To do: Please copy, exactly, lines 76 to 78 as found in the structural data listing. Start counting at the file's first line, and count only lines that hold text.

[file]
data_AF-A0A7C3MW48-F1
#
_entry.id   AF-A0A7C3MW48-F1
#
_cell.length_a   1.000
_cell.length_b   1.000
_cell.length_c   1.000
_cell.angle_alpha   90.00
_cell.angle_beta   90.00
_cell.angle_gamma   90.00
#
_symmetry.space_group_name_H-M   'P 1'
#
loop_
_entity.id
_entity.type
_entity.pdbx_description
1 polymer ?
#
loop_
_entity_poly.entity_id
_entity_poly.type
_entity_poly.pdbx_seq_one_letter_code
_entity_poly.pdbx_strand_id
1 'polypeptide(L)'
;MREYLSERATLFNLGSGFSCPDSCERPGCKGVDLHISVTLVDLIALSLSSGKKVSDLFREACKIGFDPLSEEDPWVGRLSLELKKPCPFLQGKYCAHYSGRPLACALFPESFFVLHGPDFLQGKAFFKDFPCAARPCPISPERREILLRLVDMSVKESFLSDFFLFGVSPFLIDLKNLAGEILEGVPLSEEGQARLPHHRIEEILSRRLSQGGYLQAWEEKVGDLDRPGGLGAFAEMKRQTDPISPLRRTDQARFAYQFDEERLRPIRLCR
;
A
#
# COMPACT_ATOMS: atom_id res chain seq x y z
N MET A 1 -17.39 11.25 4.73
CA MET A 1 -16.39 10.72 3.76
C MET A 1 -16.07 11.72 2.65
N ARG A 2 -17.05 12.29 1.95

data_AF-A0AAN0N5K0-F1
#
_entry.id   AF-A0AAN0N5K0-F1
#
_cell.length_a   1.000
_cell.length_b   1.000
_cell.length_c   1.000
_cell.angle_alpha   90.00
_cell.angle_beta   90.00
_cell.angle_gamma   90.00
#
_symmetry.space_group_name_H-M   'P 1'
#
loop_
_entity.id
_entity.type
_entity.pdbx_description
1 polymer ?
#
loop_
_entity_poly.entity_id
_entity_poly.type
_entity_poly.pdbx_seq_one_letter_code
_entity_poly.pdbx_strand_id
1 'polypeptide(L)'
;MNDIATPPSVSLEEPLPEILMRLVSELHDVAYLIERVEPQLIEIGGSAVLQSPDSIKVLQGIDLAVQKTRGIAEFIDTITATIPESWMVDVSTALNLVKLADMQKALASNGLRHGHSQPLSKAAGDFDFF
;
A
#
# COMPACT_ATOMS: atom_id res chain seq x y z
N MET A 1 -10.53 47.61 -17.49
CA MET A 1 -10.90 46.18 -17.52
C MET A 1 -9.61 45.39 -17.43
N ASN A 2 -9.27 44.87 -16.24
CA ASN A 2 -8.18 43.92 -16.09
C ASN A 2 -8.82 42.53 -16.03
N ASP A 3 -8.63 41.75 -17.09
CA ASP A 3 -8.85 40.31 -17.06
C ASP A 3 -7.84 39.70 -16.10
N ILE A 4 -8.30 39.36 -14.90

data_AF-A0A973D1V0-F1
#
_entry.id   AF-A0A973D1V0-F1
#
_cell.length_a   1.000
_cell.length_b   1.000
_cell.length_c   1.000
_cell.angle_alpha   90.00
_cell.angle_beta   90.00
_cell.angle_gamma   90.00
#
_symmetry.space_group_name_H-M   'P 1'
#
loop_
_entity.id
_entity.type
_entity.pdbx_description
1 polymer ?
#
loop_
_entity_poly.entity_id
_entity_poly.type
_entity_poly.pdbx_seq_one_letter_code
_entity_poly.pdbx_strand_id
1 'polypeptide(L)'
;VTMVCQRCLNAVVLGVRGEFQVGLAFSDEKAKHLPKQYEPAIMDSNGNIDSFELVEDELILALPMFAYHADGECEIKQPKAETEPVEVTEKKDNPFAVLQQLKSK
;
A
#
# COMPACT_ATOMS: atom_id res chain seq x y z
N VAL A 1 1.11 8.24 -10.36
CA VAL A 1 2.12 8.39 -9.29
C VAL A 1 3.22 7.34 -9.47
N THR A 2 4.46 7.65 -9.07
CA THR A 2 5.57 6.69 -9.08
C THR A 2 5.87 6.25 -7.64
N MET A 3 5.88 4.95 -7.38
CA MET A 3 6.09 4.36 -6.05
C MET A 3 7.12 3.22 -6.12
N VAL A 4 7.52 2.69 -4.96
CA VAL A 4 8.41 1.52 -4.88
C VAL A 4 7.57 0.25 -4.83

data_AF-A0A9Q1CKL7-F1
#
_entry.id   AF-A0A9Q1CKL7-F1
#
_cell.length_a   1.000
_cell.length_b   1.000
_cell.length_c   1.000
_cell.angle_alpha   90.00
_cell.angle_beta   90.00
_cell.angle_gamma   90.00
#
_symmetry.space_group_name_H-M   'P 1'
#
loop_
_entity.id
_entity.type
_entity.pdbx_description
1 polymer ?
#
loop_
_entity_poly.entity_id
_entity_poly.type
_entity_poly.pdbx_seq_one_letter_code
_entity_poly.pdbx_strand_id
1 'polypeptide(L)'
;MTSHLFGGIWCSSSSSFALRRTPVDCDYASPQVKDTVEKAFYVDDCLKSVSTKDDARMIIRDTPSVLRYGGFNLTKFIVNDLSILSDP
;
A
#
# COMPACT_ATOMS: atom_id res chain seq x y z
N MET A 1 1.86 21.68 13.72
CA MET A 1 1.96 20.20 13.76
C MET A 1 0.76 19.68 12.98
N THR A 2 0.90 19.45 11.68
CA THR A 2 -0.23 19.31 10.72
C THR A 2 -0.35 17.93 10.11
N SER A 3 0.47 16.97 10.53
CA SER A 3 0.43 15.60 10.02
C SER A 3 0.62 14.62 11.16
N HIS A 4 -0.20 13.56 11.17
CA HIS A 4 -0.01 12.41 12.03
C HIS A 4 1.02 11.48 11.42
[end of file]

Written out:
#
_entry.id   AF-A0A973D1V0-F1
#